Prof. Liora R. Halperin
Historian of Israel/Palestine, Modern Jewish History
I am an Assistant Professor in the Department of History and the Program in Jewish Studies and the holder of the Endowed Professorship in Israel/Palestine Studies at the University of Colorado Boulder.
Starting in July 2017 I will be an Associate Professor of Jewish Studies and History and the Jack and Rebecca Benaroya Chair in Israel Studies in the Jackson School of International Studies at the University of Washington in Seattle.
My research focuses on Jewish cultural history and collective memory, the history of Zionism, Jewish-Arab relations in Ottoman and Mandate Palestine, language ideology and policy, and the politics surrounding nation formation in Palestine in the years leading up to the creation of the State of Israel in 1948.
My first book, Babel in Zion: Jews, Nationalism and Language Diversity in Palestine, 1920-1948, was published by Yale University Press and awarded the Shapiro Prize from the Association for Israel Studies for best book in Israel Studies.
In 2016-2017 I was a fellow at the University of Michigan's Frankel Institute for Advanced Judaic Studies, working on a second book project about collective memory in and around the European Jewish agricultural colonies (moshavot) established in late 19th century Palestine. Focusing on the British Mandate and early Israeli state periods, I explore local memory and commemoration, the politics of heroism and "firstness," and the often ambiguous place of these early colonies in evolving narratives about the origins, purpose, and significance of the Zionist settlement project in Palestine.
I received my Ph.D. from UCLA's History Department. In 2011-2012 I was the Blaustein Postdoctoral Fellow at Yale University. In 2012-2013 I was an Assistant Professor of Near Eastern Studies and Judaic Studies at Princeton University. I teach courses on Israel/Palestine, Jewish History, and the Modern Middle East, as well as courses on historical methodology, history and memory, diaspora, and urban studies.
"Past Perfect: Memories of Language and the Politics of Arabic in the Jewish Community of Mandate Palestine," Weinstein-Minkoff Lecture, University of Wisconsin--Madison, April 6, 2017
"Hebrew and Beyond: Language as a Window into the History of Israel," West Bloomfield JCC, February 8, 2017
"Beyond Hebrew: Jews, Nationalism and Language Diversity in Palestine and Israel, University of Kentucky, January 26, 2017
I've also been invited to give talks at, among others, the University of Chicago, Yale, Oxford, UCLA, the University of Southern California, Berkeley, UC Irvine, Indiana University, Middlebury College, Bard College, and to a variety of community and public audiences.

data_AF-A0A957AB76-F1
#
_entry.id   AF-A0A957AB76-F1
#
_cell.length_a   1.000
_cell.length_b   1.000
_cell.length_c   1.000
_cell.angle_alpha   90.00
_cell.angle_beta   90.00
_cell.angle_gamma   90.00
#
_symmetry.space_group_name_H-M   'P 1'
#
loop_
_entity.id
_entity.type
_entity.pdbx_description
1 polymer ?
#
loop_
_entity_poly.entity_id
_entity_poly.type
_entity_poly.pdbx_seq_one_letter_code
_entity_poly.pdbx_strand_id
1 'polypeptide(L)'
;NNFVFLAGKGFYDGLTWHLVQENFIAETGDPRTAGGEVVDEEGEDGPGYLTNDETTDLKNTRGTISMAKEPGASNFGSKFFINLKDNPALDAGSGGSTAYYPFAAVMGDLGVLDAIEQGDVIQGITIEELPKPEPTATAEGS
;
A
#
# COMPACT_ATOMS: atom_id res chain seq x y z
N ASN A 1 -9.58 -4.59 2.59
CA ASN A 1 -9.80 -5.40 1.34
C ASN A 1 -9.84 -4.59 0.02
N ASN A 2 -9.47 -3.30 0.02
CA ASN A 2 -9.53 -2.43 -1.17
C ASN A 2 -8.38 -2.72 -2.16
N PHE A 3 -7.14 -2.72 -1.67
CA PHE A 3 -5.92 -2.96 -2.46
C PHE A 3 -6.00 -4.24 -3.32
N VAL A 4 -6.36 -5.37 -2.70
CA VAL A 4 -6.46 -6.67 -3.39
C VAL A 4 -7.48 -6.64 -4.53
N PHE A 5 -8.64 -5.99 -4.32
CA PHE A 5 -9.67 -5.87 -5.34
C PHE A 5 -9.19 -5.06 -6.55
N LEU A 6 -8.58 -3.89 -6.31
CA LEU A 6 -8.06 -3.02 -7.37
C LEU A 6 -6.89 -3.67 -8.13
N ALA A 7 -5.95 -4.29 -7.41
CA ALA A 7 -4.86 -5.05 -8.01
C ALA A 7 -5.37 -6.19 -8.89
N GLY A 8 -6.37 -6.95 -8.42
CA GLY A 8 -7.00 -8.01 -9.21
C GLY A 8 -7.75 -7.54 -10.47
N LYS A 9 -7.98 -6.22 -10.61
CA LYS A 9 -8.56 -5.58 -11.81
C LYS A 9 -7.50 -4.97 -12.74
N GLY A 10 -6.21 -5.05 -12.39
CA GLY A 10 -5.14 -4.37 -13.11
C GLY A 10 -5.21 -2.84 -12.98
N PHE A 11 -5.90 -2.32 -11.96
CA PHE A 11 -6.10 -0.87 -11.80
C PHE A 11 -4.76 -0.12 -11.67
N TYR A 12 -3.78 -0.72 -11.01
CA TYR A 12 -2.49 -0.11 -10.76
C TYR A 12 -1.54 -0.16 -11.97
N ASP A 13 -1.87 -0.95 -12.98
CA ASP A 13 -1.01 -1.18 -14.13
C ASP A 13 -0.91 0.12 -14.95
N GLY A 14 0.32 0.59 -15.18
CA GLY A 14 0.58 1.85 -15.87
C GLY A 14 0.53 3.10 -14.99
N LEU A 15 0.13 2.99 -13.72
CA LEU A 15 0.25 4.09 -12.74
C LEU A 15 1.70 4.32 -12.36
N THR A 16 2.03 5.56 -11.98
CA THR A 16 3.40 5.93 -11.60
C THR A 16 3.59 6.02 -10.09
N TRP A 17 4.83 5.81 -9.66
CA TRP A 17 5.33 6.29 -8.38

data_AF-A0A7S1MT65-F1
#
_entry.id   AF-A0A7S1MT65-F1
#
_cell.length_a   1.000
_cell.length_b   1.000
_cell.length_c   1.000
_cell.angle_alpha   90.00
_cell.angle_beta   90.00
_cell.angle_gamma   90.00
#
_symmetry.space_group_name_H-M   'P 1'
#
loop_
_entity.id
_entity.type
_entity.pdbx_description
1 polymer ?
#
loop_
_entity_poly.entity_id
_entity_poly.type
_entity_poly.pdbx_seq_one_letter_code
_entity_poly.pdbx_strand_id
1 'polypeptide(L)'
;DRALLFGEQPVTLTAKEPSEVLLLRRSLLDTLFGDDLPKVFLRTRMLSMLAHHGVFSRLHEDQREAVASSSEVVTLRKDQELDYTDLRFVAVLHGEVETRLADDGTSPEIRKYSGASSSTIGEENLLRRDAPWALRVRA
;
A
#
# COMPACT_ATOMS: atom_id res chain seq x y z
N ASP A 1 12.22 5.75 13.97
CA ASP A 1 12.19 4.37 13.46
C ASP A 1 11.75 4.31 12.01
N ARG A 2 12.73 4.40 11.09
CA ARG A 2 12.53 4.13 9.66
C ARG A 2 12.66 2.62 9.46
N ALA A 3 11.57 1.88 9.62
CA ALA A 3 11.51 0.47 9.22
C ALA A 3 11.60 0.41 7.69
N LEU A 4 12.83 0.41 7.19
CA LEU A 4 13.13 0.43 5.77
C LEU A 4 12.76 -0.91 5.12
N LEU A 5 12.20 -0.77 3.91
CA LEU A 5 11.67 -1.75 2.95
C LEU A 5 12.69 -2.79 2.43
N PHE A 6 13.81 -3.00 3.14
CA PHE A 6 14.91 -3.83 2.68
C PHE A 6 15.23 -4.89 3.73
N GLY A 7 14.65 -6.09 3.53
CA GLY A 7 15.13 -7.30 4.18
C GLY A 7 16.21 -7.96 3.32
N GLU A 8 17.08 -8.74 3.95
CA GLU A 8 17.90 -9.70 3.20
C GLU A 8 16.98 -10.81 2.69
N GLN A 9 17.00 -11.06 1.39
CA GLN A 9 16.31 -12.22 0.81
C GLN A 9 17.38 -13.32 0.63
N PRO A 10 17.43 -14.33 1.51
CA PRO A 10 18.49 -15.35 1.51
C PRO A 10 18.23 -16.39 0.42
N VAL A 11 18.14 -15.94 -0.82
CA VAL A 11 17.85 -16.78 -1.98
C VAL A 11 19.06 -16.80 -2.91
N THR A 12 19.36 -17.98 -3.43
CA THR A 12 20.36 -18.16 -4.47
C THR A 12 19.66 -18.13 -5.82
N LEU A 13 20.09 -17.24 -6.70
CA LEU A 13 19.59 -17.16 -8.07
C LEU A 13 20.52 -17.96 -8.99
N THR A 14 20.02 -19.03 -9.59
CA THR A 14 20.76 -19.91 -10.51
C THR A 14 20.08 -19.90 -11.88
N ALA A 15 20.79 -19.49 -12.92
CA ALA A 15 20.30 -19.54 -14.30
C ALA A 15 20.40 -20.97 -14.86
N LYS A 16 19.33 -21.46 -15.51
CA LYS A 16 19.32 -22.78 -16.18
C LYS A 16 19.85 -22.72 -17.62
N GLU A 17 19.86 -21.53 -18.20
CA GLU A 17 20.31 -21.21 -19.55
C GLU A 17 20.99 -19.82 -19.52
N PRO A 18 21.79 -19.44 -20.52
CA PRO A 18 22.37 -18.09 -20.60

I have also been faculty in Modern Jewish History, in Dallas and Denver, for the Wexner Heritage Program, an intensive Jewish Studies course for Jewish community leaders.
My first book, Babel in Zion: Jews, Nationalism and Language Diversity in Palestine, 1920-1948, was published in 2015 by Yale University Press.
Babel in Zion was awarded the 2015 Shapiro Prize for best book in Israel Studies by the Association for Israel Studies.
The promotion and vernacularization of Hebrew, traditionally a language of Jewish liturgy and study, was a central accomplishment of the Zionist movement in Palestine in the years following World War I. Viewing twentieth-century history through the lens of language, author Liora Halperin questions the accepted scholarly narrative of a Zionist move away from multilingualism, demonstrating how Jews in Palestine remained connected linguistically by both preference and necessity to a world outside the boundaries of the pro-Hebrew community even as it promoted Hebrew and achieved that language’s dominance. The story of language encounters in Jewish Palestine is a fascinating tale of shifting power relationships, both locally and globally. Halperin’s absorbing study explores how a young national community was compelled to modify the dictates of Hebrew exclusivity as it negotiated its relationships with its Jewish population, Palestinian Arabs, the British, and others outside the margins of the national project and ultimately came to terms with the limitations of its hegemony in an interconnected world.
Order a copy of the book here (Amazon)
or here (Yale University Press)
Interview about the book on the Ottoman History Podcast, April 4, 2016.
Interview about the book on the New Books in History Podcast, September 10, 2015
Reviews of the Book:
* Review by Ruvik Rosenthal on his blog, Ha-zirah ha-leshonit (The Language Arena)
* Review by Hizky Shoham in Israel [in Hebrew]
* Review by Jess Olson in the American Historical Review
* Review by Yoni Furas in Ha-Mizrah He-Hadash [in Hebrew]
* Review by Barbara Mann in the International Journal of Middle Eastern Studies
* Review by Shaul Magid in Modern Judaism
* Review by Mikhail Krutikov in The Yiddish Daily Forward [in Yiddish]